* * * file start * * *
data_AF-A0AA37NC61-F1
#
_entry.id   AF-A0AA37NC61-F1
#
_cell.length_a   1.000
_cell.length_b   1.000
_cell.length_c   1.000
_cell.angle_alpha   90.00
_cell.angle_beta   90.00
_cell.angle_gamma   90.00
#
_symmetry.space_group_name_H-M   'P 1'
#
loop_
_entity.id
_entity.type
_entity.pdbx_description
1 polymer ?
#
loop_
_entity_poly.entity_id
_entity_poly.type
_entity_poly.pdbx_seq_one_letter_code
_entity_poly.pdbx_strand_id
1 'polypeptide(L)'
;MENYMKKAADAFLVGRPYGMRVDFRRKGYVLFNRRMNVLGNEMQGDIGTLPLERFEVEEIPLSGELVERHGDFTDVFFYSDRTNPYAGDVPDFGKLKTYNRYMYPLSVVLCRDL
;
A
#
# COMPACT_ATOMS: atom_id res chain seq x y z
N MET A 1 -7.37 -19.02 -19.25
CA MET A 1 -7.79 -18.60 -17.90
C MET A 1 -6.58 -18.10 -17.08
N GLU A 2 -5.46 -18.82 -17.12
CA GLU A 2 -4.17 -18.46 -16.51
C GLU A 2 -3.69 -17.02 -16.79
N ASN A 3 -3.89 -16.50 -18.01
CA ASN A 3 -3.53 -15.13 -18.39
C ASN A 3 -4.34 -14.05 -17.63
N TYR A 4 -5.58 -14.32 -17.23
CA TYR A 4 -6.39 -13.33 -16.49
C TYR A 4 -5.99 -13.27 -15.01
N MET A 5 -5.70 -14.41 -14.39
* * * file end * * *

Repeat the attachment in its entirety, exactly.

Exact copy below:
data_AF-A0AA37NC61-F1
#
_entry.id   AF-A0AA37NC61-F1
#
_cell.length_a   1.000
_cell.length_b   1.000
_cell.length_c   1.000
_cell.angle_alpha   90.00
_cell.angle_beta   90.00
_cell.angle_gamma   90.00
#
_symmetry.space_group_name_H-M   'P 1'
#
loop_
_entity.id
_entity.type
_entity.pdbx_description
1 polymer ?
#
loop_
_entity_poly.entity_id
_entity_poly.type
_entity_poly.pdbx_seq_one_letter_code
_entity_poly.pdbx_strand_id
1 'polypeptide(L)'
;MENYMKKAADAFLVGRPYGMRVDFRRKGYVLFNRRMNVLGNEMQGDIGTLPLERFEVEEIPLSGELVERHGDFTDVFFYSDRTNPYAGDVPDFGKLKTYNRYMYPLSVVLCRDL
;
A
#
# COMPACT_ATOMS: atom_id res chain seq x y z
N MET A 1 -7.37 -19.02 -19.25
CA MET A 1 -7.79 -18.60 -17.90
C MET A 1 -6.58 -18.10 -17.08
N GLU A 2 -5.46 -18.82 -17.12
CA GLU A 2 -4.17 -18.46 -16.51
C GLU A 2 -3.69 -17.02 -16.79
N ASN A 3 -3.89 -16.50 -18.01
CA ASN A 3 -3.53 -15.13 -18.39
C ASN A 3 -4.34 -14.05 -17.63
N TYR A 4 -5.58 -14.32 -17.23
CA TYR A 4 -6.39 -13.33 -16.49
C TYR A 4 -5.99 -13.27 -15.01
N MET A 5 -5.70 -14.41 -14.39